March 15, 2014 – Talk about bringing science to the masses, a Stanford University bioengineer, Dr. Manu Prakash, along with a number of his fellow colleagues, have created an inexpensive paper microscope that can be stomped on, dunked in water, and thrown from a third storey balcony and still work. You fold it just like origami.
The cost of Foldscope from various reports is somewhere between $0.45 to $0.97 U.S. to make. It’s the size of a typical bookmark and following the instructions can be assembled in less than 20 minutes. The finished product contains no moving parts other than the slide platform.
Foldcscope comes ready to pop out and assemble from a sheet of card stock. It uses poppy-seed sized spherical lenses which cost $0.17 each. The battery to provide light is a 3-volt button that costs $0.06. And the LED to light up the slide specimens comes in at $0.21.
Each lens is press-fit into the centre hole of the microscope slide-mounting platform. Focusing is done by sliding the paper platform back and forth until the image becomes sharp. Images can be magnified up to 2,000 times making it ideal for detecting many dangerous blood-borne diseases.It can be used to achieve brightfield, darkfield, projection imaging and fluorescent microscopy.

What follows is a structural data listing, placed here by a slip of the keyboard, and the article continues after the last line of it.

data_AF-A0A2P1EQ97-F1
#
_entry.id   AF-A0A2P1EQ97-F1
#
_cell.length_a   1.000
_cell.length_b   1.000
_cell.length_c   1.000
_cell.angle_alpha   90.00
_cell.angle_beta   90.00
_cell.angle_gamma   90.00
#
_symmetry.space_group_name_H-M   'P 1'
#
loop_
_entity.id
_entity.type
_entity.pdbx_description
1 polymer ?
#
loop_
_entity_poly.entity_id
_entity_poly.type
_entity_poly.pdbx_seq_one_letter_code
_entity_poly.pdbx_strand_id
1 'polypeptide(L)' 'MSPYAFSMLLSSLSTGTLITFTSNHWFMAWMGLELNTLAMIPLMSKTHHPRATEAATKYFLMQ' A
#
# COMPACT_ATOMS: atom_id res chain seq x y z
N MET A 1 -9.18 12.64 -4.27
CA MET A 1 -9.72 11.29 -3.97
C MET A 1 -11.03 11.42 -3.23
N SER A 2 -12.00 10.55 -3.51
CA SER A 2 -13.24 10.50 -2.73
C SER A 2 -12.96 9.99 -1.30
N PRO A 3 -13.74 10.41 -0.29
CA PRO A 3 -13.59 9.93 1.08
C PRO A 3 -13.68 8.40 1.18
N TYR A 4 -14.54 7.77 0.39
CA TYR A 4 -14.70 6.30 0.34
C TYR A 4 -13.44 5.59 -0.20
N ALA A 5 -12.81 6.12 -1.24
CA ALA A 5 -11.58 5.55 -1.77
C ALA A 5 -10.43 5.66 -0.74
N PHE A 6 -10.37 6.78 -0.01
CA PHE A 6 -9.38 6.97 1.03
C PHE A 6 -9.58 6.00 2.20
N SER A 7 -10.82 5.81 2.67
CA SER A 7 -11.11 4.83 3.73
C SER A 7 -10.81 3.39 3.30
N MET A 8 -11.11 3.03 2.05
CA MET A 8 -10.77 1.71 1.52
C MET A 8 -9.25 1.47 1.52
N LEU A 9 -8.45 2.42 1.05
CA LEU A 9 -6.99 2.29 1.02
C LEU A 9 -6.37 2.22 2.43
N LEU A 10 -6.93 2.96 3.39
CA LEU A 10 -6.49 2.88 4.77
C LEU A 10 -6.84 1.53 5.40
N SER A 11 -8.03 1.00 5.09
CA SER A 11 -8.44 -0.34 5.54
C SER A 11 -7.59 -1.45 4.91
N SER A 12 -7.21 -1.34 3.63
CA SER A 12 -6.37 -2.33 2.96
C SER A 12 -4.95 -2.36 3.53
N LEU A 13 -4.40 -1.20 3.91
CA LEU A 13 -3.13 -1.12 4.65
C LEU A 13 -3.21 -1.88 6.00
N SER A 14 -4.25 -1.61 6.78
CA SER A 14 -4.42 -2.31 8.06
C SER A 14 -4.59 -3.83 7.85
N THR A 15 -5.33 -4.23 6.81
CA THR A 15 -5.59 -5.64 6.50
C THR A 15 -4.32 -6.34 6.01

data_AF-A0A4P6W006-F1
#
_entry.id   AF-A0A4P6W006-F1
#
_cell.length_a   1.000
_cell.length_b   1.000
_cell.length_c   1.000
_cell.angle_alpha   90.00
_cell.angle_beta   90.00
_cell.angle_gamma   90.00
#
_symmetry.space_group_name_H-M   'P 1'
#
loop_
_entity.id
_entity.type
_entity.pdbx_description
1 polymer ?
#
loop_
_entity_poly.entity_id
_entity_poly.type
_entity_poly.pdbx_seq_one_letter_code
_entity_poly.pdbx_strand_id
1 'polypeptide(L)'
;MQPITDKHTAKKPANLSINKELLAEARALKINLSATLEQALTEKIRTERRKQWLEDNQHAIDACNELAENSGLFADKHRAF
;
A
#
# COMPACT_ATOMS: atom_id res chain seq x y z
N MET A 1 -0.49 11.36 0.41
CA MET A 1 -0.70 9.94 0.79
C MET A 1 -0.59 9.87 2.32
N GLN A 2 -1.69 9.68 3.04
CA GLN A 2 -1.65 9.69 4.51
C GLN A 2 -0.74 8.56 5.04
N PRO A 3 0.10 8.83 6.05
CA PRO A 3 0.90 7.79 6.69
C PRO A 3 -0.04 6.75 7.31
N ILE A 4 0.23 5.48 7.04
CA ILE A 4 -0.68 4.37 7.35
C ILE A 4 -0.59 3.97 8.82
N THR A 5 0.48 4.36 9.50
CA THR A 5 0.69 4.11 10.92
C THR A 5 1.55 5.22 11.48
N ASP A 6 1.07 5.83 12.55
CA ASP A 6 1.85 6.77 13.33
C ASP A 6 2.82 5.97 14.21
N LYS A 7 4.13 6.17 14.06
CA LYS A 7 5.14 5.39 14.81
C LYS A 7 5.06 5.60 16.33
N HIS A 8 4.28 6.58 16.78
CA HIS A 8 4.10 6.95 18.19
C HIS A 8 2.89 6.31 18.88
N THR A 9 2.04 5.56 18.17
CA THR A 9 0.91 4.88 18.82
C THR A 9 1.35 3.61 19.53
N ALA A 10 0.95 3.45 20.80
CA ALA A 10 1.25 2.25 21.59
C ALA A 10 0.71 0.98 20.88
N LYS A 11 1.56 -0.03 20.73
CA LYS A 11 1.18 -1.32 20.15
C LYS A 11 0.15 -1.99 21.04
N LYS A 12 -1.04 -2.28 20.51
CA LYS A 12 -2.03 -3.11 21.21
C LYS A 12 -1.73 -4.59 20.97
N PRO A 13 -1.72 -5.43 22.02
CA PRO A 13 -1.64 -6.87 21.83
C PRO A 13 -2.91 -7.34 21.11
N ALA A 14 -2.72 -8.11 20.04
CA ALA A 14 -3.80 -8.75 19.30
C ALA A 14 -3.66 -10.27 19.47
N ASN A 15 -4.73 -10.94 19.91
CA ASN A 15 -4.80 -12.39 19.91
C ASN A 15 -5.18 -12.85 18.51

With the cost price so low the Foldscope is a natural fit for usage in areas of the Developing World where malaria, Chagas, sleeping sickness and schistosomiasis are prevalent. Being so cheap to produce it can be thrown away should it become contaminated by a slide carrying one of these disease specimens.
The accompanying video has Prakash describing the purpose of the Foldscope how simple it is to assemble.